Spike Prime - Average Speed

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Let's begin

Imagine your family is traveling with a train from city A to city C, but the train passes through city B on the way (without stopping). The tracks were reconstructed between B and C, so the train can travel much faster between those cities. By a coincidence, the distance from A to B is the same as from B to C. We are going to measure the time it takes to travel both parts, calculate velocities on both segments, and then estimate the average speed based on the two speeds. At the first sight, since the distances are the same, it may look like we obtain the average velocity simply by averaging the two velocities, i.e. (v1 + v2) / 2. However, the average velocity can clearly be calculated by dividing the total distance by the total time. In this exercise we will compare the two values - we they be the same?



model of vehicle


vehicle vehicle

Building instructions:

Download building instructions:

Download stud.io model:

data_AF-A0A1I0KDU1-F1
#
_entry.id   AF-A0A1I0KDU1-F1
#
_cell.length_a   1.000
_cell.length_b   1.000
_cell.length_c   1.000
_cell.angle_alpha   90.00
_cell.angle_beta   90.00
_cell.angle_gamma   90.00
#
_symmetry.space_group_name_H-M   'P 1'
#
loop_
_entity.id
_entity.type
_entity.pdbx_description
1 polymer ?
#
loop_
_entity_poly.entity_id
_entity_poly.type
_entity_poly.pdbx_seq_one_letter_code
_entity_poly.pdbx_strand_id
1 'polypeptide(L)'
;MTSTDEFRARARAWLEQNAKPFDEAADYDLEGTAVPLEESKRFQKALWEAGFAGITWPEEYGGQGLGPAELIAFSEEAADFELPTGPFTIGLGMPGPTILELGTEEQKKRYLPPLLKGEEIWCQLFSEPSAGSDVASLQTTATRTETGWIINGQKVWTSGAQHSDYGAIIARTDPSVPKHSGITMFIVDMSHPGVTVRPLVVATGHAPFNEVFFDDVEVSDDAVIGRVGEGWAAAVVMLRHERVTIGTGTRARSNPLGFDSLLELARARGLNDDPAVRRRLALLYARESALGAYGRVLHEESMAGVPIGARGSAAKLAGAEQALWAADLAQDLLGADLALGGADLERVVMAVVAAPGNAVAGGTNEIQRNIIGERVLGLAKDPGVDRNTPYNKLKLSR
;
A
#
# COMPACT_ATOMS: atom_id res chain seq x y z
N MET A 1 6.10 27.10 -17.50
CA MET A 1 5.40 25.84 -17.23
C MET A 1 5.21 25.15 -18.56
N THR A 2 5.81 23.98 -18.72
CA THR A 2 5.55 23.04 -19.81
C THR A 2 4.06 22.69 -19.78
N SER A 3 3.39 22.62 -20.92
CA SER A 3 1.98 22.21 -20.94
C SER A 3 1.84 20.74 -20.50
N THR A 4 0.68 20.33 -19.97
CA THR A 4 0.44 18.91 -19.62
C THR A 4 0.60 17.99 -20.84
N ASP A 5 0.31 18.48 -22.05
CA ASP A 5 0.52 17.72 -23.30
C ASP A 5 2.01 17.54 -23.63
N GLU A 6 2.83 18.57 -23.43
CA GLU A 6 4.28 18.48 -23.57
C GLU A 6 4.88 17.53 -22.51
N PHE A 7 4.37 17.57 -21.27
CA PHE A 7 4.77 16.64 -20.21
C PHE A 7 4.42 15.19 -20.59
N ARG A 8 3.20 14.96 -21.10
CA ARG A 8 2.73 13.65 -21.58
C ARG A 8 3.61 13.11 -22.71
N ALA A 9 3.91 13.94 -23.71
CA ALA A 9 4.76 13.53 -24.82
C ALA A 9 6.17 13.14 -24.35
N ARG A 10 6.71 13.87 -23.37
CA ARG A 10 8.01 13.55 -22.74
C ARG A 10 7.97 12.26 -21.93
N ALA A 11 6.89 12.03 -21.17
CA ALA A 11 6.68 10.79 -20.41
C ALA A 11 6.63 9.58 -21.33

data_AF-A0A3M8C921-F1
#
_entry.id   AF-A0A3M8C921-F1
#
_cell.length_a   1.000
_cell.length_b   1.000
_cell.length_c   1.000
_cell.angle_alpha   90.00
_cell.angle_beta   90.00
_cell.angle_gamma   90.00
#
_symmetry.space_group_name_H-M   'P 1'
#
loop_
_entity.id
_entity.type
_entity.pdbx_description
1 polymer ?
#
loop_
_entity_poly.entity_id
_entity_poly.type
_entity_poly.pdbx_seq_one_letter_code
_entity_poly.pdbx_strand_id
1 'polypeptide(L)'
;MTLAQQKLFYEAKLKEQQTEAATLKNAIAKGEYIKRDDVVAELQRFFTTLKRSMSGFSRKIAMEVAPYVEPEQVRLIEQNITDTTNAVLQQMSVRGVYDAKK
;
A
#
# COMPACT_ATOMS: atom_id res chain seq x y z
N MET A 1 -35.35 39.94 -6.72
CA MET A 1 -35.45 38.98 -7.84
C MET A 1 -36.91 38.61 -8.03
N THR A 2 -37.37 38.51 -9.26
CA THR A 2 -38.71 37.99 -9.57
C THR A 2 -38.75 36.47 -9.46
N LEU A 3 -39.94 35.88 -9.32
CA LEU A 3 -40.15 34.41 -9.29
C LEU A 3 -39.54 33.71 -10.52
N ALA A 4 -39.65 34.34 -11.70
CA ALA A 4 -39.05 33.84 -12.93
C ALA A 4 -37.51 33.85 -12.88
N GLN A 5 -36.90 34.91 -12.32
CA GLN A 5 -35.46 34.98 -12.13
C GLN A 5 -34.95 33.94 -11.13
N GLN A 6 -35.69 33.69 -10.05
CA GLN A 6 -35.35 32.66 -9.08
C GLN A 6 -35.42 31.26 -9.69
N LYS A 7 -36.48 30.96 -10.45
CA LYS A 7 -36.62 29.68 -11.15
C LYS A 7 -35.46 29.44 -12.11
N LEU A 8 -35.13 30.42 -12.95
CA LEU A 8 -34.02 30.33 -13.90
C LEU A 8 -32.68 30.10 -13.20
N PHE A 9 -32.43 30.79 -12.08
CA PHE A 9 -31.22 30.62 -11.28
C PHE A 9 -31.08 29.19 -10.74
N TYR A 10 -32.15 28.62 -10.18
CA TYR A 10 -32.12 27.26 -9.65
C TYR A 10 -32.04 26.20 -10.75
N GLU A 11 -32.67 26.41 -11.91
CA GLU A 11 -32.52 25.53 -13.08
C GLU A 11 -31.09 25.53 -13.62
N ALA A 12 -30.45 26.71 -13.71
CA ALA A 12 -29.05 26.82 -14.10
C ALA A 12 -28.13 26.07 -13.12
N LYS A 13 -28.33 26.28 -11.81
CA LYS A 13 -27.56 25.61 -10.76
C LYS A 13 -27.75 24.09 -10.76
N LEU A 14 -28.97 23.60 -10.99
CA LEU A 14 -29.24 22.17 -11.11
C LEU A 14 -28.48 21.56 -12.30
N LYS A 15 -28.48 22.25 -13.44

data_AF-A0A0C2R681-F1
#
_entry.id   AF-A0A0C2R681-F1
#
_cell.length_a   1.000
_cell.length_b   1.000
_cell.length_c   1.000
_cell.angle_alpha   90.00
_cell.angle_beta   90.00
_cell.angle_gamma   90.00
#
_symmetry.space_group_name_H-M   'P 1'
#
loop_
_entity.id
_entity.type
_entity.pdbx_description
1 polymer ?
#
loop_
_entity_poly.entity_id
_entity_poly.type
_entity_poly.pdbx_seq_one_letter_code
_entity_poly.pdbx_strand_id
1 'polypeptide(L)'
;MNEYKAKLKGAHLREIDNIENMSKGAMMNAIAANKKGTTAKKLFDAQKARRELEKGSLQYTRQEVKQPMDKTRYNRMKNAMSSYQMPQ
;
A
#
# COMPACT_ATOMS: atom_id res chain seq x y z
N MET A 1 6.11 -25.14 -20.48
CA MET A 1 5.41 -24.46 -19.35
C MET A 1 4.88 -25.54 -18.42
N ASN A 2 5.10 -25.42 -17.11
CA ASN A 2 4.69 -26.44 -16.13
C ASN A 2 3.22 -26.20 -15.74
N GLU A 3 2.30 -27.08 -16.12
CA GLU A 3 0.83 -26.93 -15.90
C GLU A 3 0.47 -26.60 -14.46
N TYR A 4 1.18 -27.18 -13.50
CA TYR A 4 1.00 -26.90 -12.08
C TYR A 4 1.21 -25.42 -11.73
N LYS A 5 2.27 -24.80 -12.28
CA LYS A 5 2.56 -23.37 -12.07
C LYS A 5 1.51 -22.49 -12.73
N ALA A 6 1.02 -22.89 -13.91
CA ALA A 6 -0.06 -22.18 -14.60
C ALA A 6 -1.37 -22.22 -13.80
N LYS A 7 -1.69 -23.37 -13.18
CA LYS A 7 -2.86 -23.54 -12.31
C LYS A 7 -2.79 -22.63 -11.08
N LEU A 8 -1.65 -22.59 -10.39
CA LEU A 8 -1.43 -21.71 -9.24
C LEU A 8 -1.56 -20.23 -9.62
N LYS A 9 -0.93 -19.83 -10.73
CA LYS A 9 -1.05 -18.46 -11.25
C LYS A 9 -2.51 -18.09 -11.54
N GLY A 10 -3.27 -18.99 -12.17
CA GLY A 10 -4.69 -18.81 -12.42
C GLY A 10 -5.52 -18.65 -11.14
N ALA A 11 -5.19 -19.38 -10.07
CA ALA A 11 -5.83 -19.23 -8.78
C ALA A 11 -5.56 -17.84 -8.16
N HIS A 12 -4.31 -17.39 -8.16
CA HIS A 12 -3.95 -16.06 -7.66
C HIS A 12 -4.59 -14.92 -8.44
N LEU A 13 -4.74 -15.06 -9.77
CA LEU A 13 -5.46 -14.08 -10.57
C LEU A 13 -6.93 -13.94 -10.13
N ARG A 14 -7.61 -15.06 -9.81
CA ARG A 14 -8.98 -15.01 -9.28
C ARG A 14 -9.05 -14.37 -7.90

Prepare your track - use a black tape to mark the locations of the cities A, B, and C with a black line on the floor perpendicular to the "train" movement. Use a measuring tape to make sure that the distance from A to B is the same as the distance from B to C. We have used 100 cm. If you use a different distance, consider changing the program to see the velocities in easy to understand units (cm/s).


Program - driving Program - calculating

Download: average_speed.llsp

The robot starts moving with 30% of its maximum speed until it arrives to the mark of city A (the start). At that time, it resets the timer, and continues the same speed until the city B, where it speeds up to 70% of its maximum speed, stores the time A -> B into a variable t1 and resets the timer again. In the city C, it stops, stores the time of travel B -> C into variable t2.

In the second part, it calculates the velocities v1, and v2, and shows on its display the average of the two values v1 and v2, and also the average speed calculated by dividing the total distance by total time.

Measure, analyze, think

  • Make your own recording

Example result of measurement:

result of measurement

  • Perform measurements with your model and discuss in your group what has happened.
  • Can you explain why the two values are different?

Explore and modify

  • Modify the program to use different velocities and repeat the experiment.
  • Modify the program so that it will use the rotations sensor to measure the distance and thus it will be able to calculate the average speed even if the distances between the cities are not the same.


  • Prepare a short presentation for other groups. Tell others about how your measurement went, what issues did you have to solve. What do they mean and why did they happen?

Additional resources